I'm making a physics simulator for fun and I was looking up graphics tutorials when I tried to figure out the difference between all these J's. Can somebody elaborate on them or perhaps provide a link to a helpful source?


Those classes are common extension points for Java UI designs. First off, realize that they don't necessarily have much to do with each other directly, so trying to find a relationship between them might be counterproductive.

JApplet - A base class that let's you write code that will run within the context of a browser, like for an interactive web page. This is cool and all but it brings limitations which is the price for it playing nice in the real world. Normally JApplet is used when you want to have your own UI in a web page. I've always wondered why people don't take advantage of applets to store state for a session so no database or cookies are needed.

JComponent - A base class for objects which intend to interact with Swing.

JFrame - Used to represent the stuff a window should have. This includes borders (resizeable y/n?), titlebar (App name or other message), controls (minimize/maximize allowed?), and event handlers for various system events like 'window close' (permit app to exit yet?).

JPanel - Generic class used to gather other elements together. This is more important with working with the visual layout or one of the provided layout managers e.g. gridbaglayout, etc. For example, you have a textbox that is bigger then the area you have reserved. Put the textbox in a scrolling pane and put that pane into a JPanel. Then when you place the JPanel, it will be more manageable in terms of layout.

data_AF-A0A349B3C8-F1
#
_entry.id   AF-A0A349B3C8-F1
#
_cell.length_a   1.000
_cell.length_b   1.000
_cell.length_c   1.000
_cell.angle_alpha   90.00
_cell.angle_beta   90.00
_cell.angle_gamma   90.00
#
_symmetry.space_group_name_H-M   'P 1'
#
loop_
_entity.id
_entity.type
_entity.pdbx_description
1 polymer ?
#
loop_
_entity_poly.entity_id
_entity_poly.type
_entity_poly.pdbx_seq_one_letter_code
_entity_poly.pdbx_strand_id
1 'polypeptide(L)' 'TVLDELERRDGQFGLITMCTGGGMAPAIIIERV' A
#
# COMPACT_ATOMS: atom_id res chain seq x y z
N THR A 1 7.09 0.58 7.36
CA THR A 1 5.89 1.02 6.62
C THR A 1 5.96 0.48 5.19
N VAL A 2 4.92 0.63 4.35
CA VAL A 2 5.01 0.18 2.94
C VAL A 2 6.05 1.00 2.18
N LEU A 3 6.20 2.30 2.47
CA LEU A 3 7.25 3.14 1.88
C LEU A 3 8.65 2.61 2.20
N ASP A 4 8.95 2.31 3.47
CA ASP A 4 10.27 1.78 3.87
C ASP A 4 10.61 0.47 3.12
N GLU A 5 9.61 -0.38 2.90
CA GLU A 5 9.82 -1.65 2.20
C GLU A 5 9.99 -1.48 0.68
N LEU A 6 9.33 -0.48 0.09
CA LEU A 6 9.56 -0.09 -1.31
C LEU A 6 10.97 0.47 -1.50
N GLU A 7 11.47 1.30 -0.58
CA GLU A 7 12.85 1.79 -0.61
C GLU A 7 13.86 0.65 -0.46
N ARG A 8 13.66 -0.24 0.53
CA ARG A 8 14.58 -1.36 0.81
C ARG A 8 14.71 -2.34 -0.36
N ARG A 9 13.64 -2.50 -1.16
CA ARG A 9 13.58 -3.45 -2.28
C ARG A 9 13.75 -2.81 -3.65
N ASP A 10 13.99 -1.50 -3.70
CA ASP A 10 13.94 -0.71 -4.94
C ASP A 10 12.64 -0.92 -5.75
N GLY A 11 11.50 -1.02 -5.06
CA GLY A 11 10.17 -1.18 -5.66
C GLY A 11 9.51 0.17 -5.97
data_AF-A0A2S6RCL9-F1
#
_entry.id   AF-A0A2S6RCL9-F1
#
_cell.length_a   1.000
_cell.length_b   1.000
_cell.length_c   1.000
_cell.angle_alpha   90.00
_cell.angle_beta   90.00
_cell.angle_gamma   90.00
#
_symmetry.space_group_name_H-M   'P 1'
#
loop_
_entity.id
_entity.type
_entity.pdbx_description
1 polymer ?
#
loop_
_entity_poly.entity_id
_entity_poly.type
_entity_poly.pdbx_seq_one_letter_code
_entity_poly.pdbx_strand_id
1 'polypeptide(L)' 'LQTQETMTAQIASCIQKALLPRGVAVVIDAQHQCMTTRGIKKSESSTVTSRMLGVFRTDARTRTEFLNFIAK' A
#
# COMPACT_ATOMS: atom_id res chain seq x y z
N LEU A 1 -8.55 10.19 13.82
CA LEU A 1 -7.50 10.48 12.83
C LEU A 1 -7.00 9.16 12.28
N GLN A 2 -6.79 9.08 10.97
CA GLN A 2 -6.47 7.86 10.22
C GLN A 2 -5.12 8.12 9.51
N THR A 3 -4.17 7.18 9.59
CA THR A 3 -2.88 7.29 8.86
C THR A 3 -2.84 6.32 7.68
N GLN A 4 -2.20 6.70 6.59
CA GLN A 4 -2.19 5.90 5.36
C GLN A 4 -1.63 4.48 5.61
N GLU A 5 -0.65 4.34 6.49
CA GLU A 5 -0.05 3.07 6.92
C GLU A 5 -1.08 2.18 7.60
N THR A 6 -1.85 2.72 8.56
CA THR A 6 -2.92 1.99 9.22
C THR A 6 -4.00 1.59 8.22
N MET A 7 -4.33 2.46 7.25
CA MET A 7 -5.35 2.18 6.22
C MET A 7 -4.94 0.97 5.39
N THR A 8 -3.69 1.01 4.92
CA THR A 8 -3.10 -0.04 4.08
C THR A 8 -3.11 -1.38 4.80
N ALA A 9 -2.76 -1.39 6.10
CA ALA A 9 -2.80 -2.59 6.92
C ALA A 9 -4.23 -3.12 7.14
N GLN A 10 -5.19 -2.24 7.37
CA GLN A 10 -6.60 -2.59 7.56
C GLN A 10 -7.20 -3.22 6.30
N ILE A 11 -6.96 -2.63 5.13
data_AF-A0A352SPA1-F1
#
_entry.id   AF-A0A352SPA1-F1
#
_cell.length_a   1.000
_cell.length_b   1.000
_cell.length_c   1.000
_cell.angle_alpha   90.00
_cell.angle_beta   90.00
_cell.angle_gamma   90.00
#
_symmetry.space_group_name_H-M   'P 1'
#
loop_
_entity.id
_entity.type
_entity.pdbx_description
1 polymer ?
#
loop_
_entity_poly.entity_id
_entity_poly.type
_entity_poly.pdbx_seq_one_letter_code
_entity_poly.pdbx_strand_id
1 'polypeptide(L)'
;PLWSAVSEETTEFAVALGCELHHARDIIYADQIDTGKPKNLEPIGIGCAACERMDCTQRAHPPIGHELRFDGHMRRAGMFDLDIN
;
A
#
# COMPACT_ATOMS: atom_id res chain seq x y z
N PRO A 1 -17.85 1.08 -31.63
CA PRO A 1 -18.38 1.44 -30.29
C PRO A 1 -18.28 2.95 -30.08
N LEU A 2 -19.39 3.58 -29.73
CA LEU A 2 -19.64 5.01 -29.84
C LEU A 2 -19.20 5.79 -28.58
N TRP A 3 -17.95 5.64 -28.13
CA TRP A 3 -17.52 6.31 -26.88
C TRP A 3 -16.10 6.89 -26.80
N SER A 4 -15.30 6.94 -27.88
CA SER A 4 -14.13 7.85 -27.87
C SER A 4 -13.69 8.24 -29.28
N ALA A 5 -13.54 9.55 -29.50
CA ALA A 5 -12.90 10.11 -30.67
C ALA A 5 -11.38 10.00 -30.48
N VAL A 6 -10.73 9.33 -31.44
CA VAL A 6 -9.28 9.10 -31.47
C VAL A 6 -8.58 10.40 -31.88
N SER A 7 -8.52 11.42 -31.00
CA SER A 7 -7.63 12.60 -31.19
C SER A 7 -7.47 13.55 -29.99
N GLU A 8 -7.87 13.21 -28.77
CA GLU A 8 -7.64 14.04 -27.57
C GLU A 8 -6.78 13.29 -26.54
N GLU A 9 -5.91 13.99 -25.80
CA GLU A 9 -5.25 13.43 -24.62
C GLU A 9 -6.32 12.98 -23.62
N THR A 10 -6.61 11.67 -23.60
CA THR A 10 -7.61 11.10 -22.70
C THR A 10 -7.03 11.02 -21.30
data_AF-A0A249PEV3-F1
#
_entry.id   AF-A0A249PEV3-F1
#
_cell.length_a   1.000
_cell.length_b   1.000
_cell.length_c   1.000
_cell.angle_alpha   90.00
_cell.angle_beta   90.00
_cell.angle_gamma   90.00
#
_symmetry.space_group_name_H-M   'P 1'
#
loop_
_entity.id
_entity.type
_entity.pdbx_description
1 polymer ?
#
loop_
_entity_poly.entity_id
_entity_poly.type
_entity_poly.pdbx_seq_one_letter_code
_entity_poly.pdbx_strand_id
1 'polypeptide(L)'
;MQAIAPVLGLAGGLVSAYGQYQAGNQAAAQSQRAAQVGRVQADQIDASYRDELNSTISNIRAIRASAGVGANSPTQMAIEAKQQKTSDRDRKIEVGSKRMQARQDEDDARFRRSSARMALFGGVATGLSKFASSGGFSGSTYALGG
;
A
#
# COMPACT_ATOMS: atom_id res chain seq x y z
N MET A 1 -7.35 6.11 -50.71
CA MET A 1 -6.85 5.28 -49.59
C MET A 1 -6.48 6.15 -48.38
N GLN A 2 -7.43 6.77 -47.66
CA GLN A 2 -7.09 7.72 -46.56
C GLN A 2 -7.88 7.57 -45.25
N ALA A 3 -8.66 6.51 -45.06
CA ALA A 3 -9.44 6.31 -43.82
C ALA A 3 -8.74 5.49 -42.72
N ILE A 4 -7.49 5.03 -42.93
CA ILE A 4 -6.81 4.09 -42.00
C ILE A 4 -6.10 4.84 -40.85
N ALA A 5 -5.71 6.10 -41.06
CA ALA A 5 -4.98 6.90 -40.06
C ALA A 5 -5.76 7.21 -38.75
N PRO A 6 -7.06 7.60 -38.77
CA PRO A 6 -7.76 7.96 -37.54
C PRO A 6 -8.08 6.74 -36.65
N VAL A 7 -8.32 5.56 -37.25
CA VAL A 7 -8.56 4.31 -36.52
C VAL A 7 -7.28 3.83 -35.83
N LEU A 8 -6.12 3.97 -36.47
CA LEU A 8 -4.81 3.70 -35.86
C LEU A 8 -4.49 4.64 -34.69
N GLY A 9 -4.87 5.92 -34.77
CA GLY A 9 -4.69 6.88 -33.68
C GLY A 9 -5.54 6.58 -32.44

JFrame and JApplet are top level containers. If you wish to create a desktop application, you will use JFrame and if you plan to host your application in browser you will use JApplet.

JComponent is an abstract class for all Swing components and you can use it as the base class for your new component. JPanel is a simple usable component you can use for almost anything.

Since this is for a fun project, the simplest way for you is to work with JPanel and then host it inside JFrame or JApplet. Netbeans has a visual designer for Swing with simple examples.


You might find it useful to lookup the classes on Oracle's website, for example:


There you can see that JFrame extends JComponent and JContainer.

JComponent is a a basic object that can be drawn. JContainer extends this so that you can add components to it. JPanel and JFrame both extend JComponent so that you can add things to them. JFrame provides a window, whereas JPanel is just a panel that goes inside a window.

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    As a side note, the inheritance chain is ridiculous with some Swing components. It tends to make code completion in IDEs useless as well as clutter up javadocs. They really need to rewrite that thing
    – TheLQ
    Aug 16 '10 at 22:33
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    I'd like to point out that JFrame does not extend JComponent or JContainer, but rather java.awt.Container and java.awt.Component in that order.
    – Lucas
    Aug 4 '13 at 3:28
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    @LucasMorgan They must have made JFrame less dependent on Swing than I thought. Since it uses AWT, I wonder if you can use a JFrame in a JApplet. Sep 8 '15 at 15:08

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